Coaches big key in success of women's sports

May 05, 2001|By TOM RONCO, (Special to this newspaper)

ne hundred years of a newspaper does not mean 100 years spent covering a subject … for example, women's sports.

While it may seem women's sports and coaches have been around a long time, it wasn't until the mid-1970s that women's sports competed against other teams from across either the San Diego or Southern sections of CIF.

GAA teams were just high school clubs for girls interested in sports. They did fund-raisers, held meetings; some even sang Christmas carols at retirement homes.

And they played.

The advisers, Anne Wilson in Brawley, Shirley Parks and Ruth Boyd in Calipatria, Dorothy Varner in Calexico, Madeline Magin in Holtville, Geri Pittman, Joanne Lepere and Evelyn Moore in El Centro and others were girls physical education teachers willing to organize teams on a friendly basis to play other schools in volleyball, basketball and tennis.


There were no uniforms, no coaches' pay, and the loosely organized schools never considered themselves a league or played for any "championships."

Near the end of the 1950s and early '60s, some of the schools were growing and more competitive activities came into being. Drill teams, such as the Sparteens of Central Union High, under the longtime direction of Judy Lowe, emerged.

Also at this time, Ben Crotch appeared at the county Office of Education and encouraged what was then known as "the countywide fitness program" but in reality it was competition between schools in events resembling a track and field meet.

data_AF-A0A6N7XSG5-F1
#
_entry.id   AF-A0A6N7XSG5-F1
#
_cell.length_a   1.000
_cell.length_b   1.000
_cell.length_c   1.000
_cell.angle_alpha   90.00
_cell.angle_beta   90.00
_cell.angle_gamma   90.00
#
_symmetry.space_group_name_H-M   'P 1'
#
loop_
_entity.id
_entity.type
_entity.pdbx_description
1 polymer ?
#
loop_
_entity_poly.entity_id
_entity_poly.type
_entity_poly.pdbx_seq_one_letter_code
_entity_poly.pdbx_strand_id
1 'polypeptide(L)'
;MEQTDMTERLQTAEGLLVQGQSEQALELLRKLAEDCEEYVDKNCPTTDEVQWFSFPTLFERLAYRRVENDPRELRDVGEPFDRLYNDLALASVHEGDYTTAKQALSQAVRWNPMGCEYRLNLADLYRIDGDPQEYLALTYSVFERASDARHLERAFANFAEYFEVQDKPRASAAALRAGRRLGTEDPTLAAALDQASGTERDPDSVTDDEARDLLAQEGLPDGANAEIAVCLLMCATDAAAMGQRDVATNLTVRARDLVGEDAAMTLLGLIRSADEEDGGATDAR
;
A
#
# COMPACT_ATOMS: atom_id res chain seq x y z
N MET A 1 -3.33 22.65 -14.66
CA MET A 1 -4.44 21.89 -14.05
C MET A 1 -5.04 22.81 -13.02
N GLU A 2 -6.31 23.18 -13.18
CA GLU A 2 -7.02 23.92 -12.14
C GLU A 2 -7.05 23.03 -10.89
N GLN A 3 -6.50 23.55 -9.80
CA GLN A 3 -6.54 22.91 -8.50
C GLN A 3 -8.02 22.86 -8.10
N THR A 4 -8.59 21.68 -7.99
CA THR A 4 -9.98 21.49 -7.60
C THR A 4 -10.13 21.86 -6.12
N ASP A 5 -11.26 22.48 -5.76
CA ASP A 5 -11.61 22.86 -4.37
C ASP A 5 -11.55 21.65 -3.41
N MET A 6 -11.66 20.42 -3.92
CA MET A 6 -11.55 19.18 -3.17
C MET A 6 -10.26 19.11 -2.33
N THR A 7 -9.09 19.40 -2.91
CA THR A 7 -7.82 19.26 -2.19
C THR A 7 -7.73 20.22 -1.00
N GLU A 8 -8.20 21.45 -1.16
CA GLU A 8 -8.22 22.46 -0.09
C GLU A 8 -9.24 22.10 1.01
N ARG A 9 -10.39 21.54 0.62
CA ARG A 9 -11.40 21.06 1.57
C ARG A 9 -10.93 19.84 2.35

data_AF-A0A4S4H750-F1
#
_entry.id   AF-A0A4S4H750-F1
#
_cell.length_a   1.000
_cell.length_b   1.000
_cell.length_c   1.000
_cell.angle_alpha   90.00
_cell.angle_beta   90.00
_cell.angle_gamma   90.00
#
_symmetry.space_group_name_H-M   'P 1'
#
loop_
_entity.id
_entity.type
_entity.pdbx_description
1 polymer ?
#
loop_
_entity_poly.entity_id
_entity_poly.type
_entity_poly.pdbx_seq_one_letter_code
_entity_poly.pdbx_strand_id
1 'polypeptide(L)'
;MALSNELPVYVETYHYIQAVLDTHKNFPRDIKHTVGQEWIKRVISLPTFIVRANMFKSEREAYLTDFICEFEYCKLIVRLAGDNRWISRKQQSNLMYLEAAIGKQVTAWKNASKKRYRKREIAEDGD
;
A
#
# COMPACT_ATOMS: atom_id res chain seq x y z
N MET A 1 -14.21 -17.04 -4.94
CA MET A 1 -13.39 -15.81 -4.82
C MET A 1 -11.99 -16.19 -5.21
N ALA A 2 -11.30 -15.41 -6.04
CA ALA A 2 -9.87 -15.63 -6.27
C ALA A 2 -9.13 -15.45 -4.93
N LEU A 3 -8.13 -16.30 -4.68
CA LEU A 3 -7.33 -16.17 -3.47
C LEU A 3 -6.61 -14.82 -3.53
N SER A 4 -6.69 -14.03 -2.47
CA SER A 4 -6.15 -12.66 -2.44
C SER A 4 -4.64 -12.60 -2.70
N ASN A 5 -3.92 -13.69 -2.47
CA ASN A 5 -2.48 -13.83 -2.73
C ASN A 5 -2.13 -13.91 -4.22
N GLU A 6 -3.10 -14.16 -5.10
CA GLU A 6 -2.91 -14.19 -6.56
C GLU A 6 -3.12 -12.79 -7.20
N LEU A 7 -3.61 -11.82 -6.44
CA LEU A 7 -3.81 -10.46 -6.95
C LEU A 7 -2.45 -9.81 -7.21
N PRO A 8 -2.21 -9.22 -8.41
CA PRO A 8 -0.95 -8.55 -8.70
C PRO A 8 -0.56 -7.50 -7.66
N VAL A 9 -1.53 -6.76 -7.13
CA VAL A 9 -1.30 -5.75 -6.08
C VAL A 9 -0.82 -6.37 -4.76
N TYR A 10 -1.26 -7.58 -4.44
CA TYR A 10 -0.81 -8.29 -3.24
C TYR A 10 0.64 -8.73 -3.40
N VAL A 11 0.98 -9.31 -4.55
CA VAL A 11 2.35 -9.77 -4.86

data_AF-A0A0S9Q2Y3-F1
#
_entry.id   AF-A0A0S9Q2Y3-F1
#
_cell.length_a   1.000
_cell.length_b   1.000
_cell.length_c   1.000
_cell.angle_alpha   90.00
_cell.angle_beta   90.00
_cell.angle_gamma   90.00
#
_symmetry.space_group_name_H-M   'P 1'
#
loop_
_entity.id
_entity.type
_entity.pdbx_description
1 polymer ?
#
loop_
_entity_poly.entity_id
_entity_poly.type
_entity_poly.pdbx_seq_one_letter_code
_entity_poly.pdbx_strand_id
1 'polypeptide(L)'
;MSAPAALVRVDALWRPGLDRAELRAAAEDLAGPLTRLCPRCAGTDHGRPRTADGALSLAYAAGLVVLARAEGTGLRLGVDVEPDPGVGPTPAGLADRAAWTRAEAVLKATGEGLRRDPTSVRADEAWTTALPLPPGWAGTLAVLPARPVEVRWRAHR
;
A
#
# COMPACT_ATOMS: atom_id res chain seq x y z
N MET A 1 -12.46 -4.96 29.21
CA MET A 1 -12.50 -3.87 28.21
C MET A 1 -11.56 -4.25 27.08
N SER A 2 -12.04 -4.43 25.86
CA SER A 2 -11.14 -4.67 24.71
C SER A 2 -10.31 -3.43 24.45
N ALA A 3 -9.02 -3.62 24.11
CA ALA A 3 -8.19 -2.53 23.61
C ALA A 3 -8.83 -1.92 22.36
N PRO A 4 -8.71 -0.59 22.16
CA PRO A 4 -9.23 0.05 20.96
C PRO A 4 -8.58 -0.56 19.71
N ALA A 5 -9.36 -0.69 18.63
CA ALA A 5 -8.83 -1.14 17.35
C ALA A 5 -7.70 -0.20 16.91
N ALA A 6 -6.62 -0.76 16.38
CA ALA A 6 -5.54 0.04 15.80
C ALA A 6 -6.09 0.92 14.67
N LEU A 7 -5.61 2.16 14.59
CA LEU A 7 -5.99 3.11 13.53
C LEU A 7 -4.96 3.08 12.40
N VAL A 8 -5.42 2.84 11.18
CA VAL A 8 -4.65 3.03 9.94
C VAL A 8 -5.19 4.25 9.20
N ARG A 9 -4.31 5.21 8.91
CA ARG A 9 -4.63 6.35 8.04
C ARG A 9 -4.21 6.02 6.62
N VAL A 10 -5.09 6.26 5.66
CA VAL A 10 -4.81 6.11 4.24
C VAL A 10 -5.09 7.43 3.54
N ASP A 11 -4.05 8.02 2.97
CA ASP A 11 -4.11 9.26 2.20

It was not until the passage of legislation known as Title IX that law guaranteed women equal access to sport.

Suddenly there was equal use of facilities; uniforms and coaches pay … but not right away.

Valley teams played in whichever league their male counterparts did. Locally it is important to remember Calipatria, Imperial and Holtville girls and boys competed until 1980 in the old Desert Mountain League with Eagle Mountain High, which closed in the mid-1980s and Needles High, and were members of the Southern Section of CIF, which started playoffs for girls in 1974.

Basketball has been one of the areas where Valley girls established themselves early. In fact, the first CIF-Southern Section Division 2A women's basketball championship game in 1976 featured not one but two local teams when John Dormann's Central Spartans defeated Nadine Grass' Brawley High Wildcats 45-39 for that first crown.

In those days there wasn't the big emphasis on moneymaking quadruple-headers at huge arenas for section championships, so CIF's only request was the game be played at a neutral site. Dormann and Grass agreed to play it at IVC before a huge crowd.

Grass would lead the Wildcats back to the championship game in '79 only to lose to Gahr on the road 50-48.

While no Valley team has since returned to a Southern Section-CIF basketball championship game, once the San Diego Section established Division IV in the mid-'80s the Holtville Vikings made five appearances in the first seven championship games.